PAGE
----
China on Tuesday implemented a new interim regulation requiring providers of artificial intelligence services to support the communist system and prevent the technology from subverting state power, according to the text of the administrative measure.
The restrictions highlight a renewed emphasis on security under Chinese President Xi Jinping that regulates all technologies and information in the country from perceived threats to Communist Party’s rule.
China currently lists over 100 artificial intelligence companies capable of producing services similar to the American ChatGPT and OpenAI chatbot services and has vowed to become a global leader in the technology in the coming decades.
Artificial intelligence is a new technology that utilizes advanced software and high-powered computers to create text, images, audio and video that can mimic some human brain functions.
The new Chinese interim regulation was published July 13 and went into effect Tuesday. It was approved by China’s Cyberspace Administration and endorsed by seven other agencies, including the Ministry of Public Security, the main police and security ministry.
A central section of the regulation states that those providing AI services must “adhere to the socialist core values, and must not generate content that incites subversion of state power and overthrowing the socialist system.”
Socialist core values are those outlined in the Chinese constitution that describes the country’s brand of communist ideology as Marxism-Leninism with Chinese characteristics.
Chinese AI providers that “possess public opinion attributes or social mobilization capability” are required to undergo security screening, the regulation states.
Other restrictions include prohibitions vaguely described as any AI that “endangers national security,” damages the national image, incites succession, or undermines national unity and social stability. AI also cannot be used to promote “false and harmful information” banned by the Party.
Matt Sheehan, a China expert at the Carnegie Endowment for International Peace, stated in a report China is producing some of the world’s most detailed regulations on AI, including control over algorithms that are the most visible form of AI deployed on the internet.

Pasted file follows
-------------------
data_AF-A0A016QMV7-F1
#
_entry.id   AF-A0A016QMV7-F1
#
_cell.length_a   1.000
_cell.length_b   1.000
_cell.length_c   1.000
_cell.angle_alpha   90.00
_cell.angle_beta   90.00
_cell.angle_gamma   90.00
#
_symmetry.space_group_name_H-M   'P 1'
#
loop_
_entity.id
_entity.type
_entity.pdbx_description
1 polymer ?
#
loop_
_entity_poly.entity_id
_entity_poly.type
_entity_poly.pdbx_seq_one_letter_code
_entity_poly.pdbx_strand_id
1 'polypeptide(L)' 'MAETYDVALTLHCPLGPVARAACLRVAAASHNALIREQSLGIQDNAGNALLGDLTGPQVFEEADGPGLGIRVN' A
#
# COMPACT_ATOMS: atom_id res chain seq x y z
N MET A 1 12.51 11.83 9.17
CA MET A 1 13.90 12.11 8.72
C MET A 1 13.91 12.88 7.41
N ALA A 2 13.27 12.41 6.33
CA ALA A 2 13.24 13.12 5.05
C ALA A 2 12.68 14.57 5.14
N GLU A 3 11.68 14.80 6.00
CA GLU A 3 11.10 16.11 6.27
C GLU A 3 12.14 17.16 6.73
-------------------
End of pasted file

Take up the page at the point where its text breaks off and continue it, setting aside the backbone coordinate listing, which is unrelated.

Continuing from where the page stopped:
China in 2021 restricted algorithms for AI requiring registering the software with authorities, and in 2022 added rules for synthetically generated content, before issuing the draft regulation on July 13.
“Information control is a central goal of all three measures, but they also contain many other notable provisions,” Mr. Sheehan said.
The rules seek to bar excessive price discrimination, protect workers’ rights and restrict the use of personal data or using AI for “illegal” purposes.
Senate Majority Leader Chuck Schumer earlier this year announced plans for U.S. regulation of AI and said China could not be allowed to “write the rules of the road” for the cutting-edge technology.
AI has numerous military and intelligence applications that are being developed by both the Pentagon and the Chinese military. Advanced artificial intelligence can be used for intelligence gathering, cyber spying and operating autonomous weapons systems.
The new Chinese regulation was signed by the leaders of major Chinese information and technology ministries, including Minister of Public Security Wang Xiaohong, a close political ally of Mr. Xi.
Mr. Sheehan said the interim law is part of a process of producing a more comprehensive set of regulations to be put in place later this year or in 2024. The main goal of the new regulations is to shape technology “so that it serves the [Chinese Communist Party’s] agenda, particularly for information control and, flowing from this, political and social stability,” Mr. Sheehan stated.
Mr. Sheehan said Mr. Xi does not appear to be as directly involved in regulating AI rules as he has been in other areas. The Chinese president stated in a 2019 speech that China was committed to making AI safe, secure, reliable and controllable.
Two new party organizations announced in March 2023, the Central Science and Technology Commission and the National Data Administration, are expected to play major roles in developing government policies on artificial intelligence.
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